Re: green albanian

From: tolgs001
Message: 18138
Date: 2003-01-26

>there is no substantiv "galben" for speaking about its plural
>form. The meanign "money" in the medieval time should be the
>only one you can think about. In so far the plural form pretty
>depends on substantiv: pagini galbene, pepeni galbeni

What are you talking about again?! I just stated that even
the popular variant "galban" (the one with the Schwa) turns
galbeni (i.e. Schwa > /e/) in the plural. This being the same
*adjective* as is "galben".

I did not refer to the specific meaning "golden coin /
Golstück": 1 galben, 2 galbeni, which is, of course, a
substantive. ("galben, -i" did and does not mean "money",
but a certain kind of money: gold coins! Yes? Maple leaf
and KrügerRand, OK? :)

>YOu see? That is that when someone lives just in the city:))

Oh, come on, cut it out! Of course everyone attenting
elementary school learns that there is "viermele de
galbeaza" that affects sheep. But that's all.

>Ask every peasant and he will tell you what galbeaza

That's what the clodhopper knows as well. Everything
else (Fascicola & Dicrocelium) is knowledge of the
veterinary doc!

>And what galbejit too :-))

"galbejit" is common vocabulary to any Romanian native
speaker: be s/he the president of the country, be s/he
the last retarded illiterate.

> There are both forms in Albanian and Romanian.

"calbeaza" must be extremely rare in Romanian, since
it hasn't found a place in the dictionary. Most Romanians
say and write "galbeaza".

>Since both consonants are velar "k" & "g" they are in
>some cases confounded

That's true. But in this case, if the k-variant coexists
in Romanian, then some "Beleg" is required. After all,
in Romanian /k/ and /g/ are, alas, by far not as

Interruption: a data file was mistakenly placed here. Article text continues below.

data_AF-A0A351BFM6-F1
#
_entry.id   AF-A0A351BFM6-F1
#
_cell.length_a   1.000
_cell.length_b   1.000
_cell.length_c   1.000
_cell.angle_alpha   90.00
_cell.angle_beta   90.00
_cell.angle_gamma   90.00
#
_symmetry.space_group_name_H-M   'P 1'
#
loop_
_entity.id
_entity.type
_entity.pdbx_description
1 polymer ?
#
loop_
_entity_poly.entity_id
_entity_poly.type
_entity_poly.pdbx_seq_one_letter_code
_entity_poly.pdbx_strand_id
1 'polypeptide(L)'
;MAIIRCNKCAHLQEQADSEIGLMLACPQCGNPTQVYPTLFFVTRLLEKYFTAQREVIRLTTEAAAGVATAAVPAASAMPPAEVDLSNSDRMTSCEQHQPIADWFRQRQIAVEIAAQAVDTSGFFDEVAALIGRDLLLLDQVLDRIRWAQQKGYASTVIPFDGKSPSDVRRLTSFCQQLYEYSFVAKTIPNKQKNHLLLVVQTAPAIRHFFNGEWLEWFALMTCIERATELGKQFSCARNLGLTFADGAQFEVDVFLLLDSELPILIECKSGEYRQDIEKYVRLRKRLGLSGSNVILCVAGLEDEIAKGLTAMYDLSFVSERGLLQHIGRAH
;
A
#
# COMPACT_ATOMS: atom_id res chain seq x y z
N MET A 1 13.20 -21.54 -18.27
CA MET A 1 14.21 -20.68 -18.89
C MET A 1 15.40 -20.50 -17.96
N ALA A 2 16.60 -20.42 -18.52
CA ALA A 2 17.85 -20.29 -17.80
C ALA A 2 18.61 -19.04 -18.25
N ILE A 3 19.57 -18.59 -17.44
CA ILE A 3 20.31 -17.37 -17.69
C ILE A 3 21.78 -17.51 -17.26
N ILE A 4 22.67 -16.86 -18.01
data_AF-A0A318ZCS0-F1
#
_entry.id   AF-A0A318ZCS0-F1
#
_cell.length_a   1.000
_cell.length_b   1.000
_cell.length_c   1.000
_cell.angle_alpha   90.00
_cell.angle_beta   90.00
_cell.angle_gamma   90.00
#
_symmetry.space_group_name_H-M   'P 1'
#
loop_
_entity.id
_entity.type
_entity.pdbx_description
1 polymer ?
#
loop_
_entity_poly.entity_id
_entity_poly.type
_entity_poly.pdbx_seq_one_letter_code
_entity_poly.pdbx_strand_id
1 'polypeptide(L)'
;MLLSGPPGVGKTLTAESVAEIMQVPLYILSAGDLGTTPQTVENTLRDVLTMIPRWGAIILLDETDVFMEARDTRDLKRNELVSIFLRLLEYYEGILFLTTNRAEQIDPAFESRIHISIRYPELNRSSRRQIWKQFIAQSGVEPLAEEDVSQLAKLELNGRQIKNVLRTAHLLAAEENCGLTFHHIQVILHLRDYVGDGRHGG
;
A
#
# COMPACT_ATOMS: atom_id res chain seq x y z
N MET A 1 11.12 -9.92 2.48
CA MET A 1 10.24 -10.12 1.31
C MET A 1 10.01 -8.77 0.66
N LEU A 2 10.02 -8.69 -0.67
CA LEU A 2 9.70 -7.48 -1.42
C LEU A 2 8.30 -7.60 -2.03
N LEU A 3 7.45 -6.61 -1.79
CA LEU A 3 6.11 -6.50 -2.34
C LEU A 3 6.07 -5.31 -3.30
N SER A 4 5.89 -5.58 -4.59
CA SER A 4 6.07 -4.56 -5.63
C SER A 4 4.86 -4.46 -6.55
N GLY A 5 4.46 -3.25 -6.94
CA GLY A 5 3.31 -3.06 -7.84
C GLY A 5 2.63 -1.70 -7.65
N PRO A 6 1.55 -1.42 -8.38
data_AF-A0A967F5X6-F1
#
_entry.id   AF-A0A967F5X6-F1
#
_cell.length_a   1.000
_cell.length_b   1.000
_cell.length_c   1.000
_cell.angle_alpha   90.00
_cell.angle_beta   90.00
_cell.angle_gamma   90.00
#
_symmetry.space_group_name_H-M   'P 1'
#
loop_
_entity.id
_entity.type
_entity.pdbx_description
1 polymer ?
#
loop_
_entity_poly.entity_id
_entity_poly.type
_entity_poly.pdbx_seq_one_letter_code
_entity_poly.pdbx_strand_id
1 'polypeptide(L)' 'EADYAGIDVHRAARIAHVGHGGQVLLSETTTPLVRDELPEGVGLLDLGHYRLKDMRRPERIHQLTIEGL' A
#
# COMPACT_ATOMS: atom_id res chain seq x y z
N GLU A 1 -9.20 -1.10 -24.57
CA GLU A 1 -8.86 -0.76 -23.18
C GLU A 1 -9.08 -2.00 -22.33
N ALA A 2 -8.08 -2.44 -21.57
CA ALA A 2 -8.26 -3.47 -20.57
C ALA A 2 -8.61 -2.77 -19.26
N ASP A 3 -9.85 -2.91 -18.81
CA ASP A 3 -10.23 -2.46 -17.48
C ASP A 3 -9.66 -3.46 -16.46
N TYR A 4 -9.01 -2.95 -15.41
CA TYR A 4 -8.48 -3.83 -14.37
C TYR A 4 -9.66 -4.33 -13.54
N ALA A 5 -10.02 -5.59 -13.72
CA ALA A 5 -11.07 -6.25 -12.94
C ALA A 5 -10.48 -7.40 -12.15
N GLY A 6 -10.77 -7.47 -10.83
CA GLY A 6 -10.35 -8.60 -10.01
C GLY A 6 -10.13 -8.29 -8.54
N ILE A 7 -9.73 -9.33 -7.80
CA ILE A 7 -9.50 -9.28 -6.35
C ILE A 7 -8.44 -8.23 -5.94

interchangeable as they are in most dialects of the
German language.

>The "kalb"has no family neither in albanian nor
>in romanian.

After all, "ein Kalb" can also get the disease "galbeaza".
(Sorry, I could not resist! :))

>The only one should be "chel" given by DEX as being Turkish
>"kel" = bald whit its derivative "chelie"= baldness.
>We do not have to confound the both diseases. One is to become
>green/yellow because of hepatitis and one is to loos your hair
>because of "chelbe".

Oh, I see why you mention this. "Chelbe" refers to some
disease that causes calvitia. But then take into consideration
what the dictionary further says: "chelbe" is a reconstruction
of the adjective "chelba$", which is a regional variant of
"chelbos" < "chel" = bald. The dictionary also says that
"chelba$" < Turk "kelba$lI" (besides, that "chel" < Turk "kel").

So "chelbe" and "galbeaza" ain't good friends...

>I thought abut Germanic "kahl" with the same meaning.
>Germanic "Kahl" (Kahlkopf), english "callow", dutch "kaal"
>is not from Latin "calvus" but in the

Yeah, in spite of all of them, linguists have concluded
our "chel" is Turkish. I'm afraid there isn't anything we
can do about it, arkadash. :)



NB: in subdialects of Western Romania, there is the
verb "a ghelben~i", participle perf. "ghelben~i", which
stands for the standard "a îngalbeni", "îngalbenit".
(to become/turn yellow)